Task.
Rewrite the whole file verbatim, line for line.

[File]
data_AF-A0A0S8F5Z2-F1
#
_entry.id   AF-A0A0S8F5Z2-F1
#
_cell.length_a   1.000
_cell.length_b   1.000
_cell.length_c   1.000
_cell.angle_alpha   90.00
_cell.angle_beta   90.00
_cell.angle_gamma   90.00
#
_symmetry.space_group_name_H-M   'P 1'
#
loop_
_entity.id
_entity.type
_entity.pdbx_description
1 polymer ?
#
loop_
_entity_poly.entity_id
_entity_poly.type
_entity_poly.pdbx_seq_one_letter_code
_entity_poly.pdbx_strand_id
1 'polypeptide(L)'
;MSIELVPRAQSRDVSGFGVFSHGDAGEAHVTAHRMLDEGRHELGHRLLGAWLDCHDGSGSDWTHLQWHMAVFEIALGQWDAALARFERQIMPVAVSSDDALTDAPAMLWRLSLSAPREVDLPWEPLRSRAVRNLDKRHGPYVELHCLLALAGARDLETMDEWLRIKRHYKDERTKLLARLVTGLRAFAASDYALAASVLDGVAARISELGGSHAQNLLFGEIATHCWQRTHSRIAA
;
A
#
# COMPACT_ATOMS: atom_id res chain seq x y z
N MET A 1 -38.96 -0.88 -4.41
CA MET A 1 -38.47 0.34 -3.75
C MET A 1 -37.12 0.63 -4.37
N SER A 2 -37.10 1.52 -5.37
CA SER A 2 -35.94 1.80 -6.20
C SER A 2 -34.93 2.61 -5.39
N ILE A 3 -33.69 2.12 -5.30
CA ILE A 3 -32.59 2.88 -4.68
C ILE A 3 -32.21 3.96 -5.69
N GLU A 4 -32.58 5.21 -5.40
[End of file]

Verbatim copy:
data_AF-A0A0S8F5Z2-F1
#
_entry.id   AF-A0A0S8F5Z2-F1
#
_cell.length_a   1.000
_cell.length_b   1.000
_cell.length_c   1.000
_cell.angle_alpha   90.00
_cell.angle_beta   90.00
_cell.angle_gamma   90.00
#
_symmetry.space_group_name_H-M   'P 1'
#
loop_
_entity.id
_entity.type
_entity.pdbx_description
1 polymer ?
#
loop_
_entity_poly.entity_id
_entity_poly.type
_entity_poly.pdbx_seq_one_letter_code
_entity_poly.pdbx_strand_id
1 'polypeptide(L)'
;MSIELVPRAQSRDVSGFGVFSHGDAGEAHVTAHRMLDEGRHELGHRLLGAWLDCHDGSGSDWTHLQWHMAVFEIALGQWDAALARFERQIMPVAVSSDDALTDAPAMLWRLSLSAPREVDLPWEPLRSRAVRNLDKRHGPYVELHCLLALAGARDLETMDEWLRIKRHYKDERTKLLARLVTGLRAFAASDYALAASVLDGVAARISELGGSHAQNLLFGEIATHCWQRTHSRIAA
;
A
#
# COMPACT_ATOMS: atom_id res chain seq x y z
N MET A 1 -38.96 -0.88 -4.41
CA MET A 1 -38.47 0.34 -3.75
C MET A 1 -37.12 0.63 -4.37
N SER A 2 -37.10 1.52 -5.37
CA SER A 2 -35.94 1.80 -6.20
C SER A 2 -34.93 2.61 -5.39
N ILE A 3 -33.69 2.12 -5.30
CA ILE A 3 -32.59 2.88 -4.68
C ILE A 3 -32.21 3.96 -5.69
N GLU A 4 -32.58 5.21 -5.40